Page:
On Doing Things That Scare You

I did a scary thing yesterday.

To explain, I need to backtrack a little. See,  I’m part of a social/folk dance community, based around something called contra dance. The short version is “square dance meets swing dance”–there’s a “caller” who teaches the dance and then talks you through the moves, to live music. I’ve written about this several times before, but the easiest way to explain it is through video. An explanation in words is here, more explanation (including why I love it) is here, and a description that’s more about how it feels is here.

Anyway, I’ve been doing contra dance for six and a half years. It’s become one of my passions, I’ve made a ton of friends, and I’ve gone on multiple road trips for full weekends of dance.

It’s also taught me to do several scary things and push my comfort zone in several directions. After first learning to dance in the lady’s role, I then added the gentleman’s role, and now I do both all the time (sometimes both in the same dance, if my partner is amenable to switching back and forth). I’ve gotten better at small talk, which is helpful at my day job. I went to a conference for dance organizers and challenged my feelings of imposter-ness (imposter syndrome), and now I’m one of the organizers for my dance community, doing the newsletters and half the social media stuff.

And yesterday I called my first dance.

Okay, second dance. I did a callers’ workshop last spring, which was awesome, but I tried calling one dance during the workshop, and it confirmed my suspicion that calling was Really Scary and probably not for me (an introvert who hates public speaking).

Then I, uh, published a book and did two book launches and they were Really Scary, but I didn’t die and they were also kind of fun.

So I started thinking about this calling thing again. I started practicing a little bit–I had recordings of contra music (of course), and the “recipes” for the dances are available online, so it’s possible to practice at home. Someone in my dance community started organizing sessions where new callers could come and call for a small group of people. I went to one and didn’t call, and missed the next one, and the third was coming up fast.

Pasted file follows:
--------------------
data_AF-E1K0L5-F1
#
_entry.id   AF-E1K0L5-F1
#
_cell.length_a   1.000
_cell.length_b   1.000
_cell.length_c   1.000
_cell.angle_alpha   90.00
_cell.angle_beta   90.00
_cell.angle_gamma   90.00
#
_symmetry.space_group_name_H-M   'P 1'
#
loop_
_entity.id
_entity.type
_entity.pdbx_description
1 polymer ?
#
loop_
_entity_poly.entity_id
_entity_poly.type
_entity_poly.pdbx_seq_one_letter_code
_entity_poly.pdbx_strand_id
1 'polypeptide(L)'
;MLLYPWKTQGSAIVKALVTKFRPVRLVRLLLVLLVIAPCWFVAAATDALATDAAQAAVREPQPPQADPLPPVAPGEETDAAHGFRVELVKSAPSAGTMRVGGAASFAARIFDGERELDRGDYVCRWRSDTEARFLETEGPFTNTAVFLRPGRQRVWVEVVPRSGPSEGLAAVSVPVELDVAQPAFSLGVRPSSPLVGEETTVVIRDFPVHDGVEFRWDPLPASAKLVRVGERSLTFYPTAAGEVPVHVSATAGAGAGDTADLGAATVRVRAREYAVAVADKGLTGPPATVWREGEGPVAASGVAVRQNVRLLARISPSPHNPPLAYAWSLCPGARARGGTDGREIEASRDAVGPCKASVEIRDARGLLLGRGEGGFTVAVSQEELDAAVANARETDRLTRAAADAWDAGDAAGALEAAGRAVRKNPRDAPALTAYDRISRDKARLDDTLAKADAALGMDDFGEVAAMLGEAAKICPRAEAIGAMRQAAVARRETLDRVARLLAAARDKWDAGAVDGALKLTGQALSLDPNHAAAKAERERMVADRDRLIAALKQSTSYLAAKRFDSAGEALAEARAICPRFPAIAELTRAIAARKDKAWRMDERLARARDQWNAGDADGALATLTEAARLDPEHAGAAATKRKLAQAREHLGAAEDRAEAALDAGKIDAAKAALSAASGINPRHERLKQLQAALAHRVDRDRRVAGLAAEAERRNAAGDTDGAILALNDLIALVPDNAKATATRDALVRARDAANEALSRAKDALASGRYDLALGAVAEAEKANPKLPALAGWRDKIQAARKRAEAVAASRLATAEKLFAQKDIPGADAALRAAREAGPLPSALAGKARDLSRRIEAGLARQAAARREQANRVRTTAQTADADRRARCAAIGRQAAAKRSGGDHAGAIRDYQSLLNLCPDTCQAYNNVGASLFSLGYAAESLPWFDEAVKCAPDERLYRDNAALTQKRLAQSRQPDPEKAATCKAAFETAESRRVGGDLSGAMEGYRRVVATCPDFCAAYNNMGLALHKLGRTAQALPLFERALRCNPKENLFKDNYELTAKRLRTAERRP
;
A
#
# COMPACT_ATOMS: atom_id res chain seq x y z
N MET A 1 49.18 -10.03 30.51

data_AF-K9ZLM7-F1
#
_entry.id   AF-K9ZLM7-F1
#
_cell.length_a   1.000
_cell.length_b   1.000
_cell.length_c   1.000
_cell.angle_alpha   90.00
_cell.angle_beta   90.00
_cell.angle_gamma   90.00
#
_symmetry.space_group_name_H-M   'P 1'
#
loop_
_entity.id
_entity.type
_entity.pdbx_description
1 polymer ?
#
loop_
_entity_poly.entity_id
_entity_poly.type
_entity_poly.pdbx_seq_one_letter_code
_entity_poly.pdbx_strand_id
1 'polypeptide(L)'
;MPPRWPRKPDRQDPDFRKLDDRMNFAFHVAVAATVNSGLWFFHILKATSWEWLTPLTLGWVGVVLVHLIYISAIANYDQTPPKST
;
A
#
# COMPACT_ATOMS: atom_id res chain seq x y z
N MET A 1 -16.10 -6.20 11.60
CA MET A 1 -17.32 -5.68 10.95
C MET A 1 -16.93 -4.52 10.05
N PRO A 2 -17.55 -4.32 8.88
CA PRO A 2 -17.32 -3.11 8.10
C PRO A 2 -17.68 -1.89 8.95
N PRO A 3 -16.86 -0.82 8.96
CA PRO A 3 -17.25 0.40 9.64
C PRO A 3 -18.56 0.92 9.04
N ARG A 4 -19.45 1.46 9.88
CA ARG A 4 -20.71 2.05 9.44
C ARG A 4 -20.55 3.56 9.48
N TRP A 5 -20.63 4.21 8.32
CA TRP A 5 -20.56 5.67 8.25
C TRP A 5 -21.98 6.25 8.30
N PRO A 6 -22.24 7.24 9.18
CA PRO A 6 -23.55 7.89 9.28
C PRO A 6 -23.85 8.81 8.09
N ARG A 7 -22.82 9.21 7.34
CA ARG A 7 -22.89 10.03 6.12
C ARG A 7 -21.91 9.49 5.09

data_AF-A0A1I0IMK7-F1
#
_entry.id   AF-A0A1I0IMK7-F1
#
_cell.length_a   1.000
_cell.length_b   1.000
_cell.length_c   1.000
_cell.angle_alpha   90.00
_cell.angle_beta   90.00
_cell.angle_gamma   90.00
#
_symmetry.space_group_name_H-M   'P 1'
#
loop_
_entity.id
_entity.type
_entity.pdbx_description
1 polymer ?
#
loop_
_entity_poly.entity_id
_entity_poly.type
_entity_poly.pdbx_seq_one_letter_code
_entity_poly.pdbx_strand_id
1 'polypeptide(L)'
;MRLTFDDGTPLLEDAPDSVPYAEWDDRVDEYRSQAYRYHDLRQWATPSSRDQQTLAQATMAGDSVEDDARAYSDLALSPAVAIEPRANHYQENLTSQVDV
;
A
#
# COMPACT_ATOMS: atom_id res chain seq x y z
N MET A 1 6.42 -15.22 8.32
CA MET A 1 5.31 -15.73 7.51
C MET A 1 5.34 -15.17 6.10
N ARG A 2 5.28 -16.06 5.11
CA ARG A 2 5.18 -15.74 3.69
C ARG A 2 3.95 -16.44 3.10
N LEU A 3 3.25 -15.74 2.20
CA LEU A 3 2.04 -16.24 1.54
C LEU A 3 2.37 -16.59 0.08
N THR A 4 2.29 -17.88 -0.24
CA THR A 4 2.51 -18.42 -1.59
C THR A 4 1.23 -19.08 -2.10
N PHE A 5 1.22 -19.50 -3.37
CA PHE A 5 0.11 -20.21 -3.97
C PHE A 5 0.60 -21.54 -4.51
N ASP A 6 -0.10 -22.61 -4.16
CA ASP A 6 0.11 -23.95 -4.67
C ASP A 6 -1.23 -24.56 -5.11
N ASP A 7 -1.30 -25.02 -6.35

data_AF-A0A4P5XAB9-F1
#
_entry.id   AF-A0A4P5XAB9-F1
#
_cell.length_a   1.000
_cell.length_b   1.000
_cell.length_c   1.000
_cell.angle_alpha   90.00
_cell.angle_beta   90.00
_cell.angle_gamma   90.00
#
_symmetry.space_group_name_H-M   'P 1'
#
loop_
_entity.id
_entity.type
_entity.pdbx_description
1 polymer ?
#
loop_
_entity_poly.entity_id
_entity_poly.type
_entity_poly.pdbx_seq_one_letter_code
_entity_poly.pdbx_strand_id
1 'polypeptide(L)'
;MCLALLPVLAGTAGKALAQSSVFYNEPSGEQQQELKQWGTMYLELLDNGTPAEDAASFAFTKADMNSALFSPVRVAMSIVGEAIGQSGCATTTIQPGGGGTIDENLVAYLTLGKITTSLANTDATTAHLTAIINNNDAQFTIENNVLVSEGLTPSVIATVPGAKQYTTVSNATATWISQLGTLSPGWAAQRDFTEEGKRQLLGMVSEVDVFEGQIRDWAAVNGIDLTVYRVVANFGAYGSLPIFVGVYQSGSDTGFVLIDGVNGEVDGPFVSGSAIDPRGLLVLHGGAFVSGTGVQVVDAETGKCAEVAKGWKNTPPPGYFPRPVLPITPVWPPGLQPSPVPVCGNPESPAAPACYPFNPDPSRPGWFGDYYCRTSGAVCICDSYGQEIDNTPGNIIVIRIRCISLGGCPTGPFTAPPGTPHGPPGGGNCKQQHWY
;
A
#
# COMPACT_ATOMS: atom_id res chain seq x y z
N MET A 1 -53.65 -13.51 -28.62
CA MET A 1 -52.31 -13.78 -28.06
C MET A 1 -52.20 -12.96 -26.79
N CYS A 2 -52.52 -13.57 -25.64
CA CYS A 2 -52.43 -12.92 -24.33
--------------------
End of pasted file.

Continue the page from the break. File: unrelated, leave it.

This past Saturday night we had a dance evening. The next caller session was to be Sunday. The organizer of the sessions, someone who’s become a friend, said, “So are you calling tomorrow? There’s this really easy dance you could do…”

I looked at it. It didn’t look too scary. I went home and practiced overnight. On Sunday I walked into the session and my friend said “Hey, we need an easy dance right now, do you want to go next?”

So I did.

I taught the dance, going through the whole thing twice, and then the music started and away we went. My friend stood next to me, couched me through it, and rescued me when I got off track. Some of the dancers got lost, possibly because I wasn’t clear enough. But everyone seemed to have a good time. They even clapped when I was done.

And…turns out it was significantly less scary than I thought.

I might even do it again next month.

Or maybe I’ll look for something else that scares me, and tackle that…

 

What have you done that scared you? I’d love to hear your stories!

 

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One response to “On Doing Things That Scare You

  1. Pingback: The “You Can’t Do It” Voices – Turtleduck Press

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